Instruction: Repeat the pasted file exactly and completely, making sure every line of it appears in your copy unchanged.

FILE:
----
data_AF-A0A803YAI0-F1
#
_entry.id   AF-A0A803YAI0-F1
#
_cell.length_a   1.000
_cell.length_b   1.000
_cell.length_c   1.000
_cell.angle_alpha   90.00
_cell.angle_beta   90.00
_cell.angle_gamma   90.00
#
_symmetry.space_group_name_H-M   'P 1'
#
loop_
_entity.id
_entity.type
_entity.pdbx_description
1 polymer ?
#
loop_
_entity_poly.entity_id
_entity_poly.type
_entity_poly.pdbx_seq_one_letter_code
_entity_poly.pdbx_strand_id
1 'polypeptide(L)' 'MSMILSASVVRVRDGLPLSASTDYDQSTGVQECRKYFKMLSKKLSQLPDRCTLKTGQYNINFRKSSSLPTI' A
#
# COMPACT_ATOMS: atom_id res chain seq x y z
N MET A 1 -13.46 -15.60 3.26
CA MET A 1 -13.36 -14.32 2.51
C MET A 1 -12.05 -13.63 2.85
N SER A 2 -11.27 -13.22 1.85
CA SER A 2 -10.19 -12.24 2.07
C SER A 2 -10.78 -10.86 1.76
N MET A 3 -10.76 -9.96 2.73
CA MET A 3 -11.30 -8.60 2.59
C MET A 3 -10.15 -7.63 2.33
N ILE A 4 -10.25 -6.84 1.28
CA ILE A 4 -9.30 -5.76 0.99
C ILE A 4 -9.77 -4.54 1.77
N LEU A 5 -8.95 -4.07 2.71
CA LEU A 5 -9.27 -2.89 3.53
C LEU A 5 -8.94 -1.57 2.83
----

data_AF-A0A803YAI0-F1
#
_entry.id   AF-A0A803YAI0-F1
#
_cell.length_a   1.000
_cell.length_b   1.000
_cell.length_c   1.000
_cell.angle_alpha   90.00
_cell.angle_beta   90.00
_cell.angle_gamma   90.00
#
_symmetry.space_group_name_H-M   'P 1'
#
loop_
_entity.id
_entity.type
_entity.pdbx_description
1 polymer ?
#
loop_
_entity_poly.entity_id
_entity_poly.type
_entity_poly.pdbx_seq_one_letter_code
_entity_poly.pdbx_strand_id
1 'polypeptide(L)' 'MSMILSASVVRVRDGLPLSASTDYDQSTGVQECRKYFKMLSKKLSQLPDRCTLKTGQYNINFRKSSSLPTI' A
#
# COMPACT_ATOMS: atom_id res chain seq x y z
N MET A 1 -13.46 -15.60 3.26
CA MET A 1 -13.36 -14.32 2.51
C MET A 1 -12.05 -13.63 2.85
N SER A 2 -11.27 -13.22 1.85
CA SER A 2 -10.19 -12.24 2.07
C SER A 2 -10.78 -10.86 1.76
N MET A 3 -10.76 -9.96 2.73
CA MET A 3 -11.30 -8.60 2.59
C MET A 3 -10.15 -7.63 2.33
N ILE A 4 -10.25 -6.84 1.28
CA ILE A 4 -9.30 -5.76 0.99
C ILE A 4 -9.77 -4.54 1.77
N LEU A 5 -8.95 -4.07 2.71
CA LEU A 5 -9.27 -2.89 3.53
C LEU A 5 -8.94 -1.57 2.83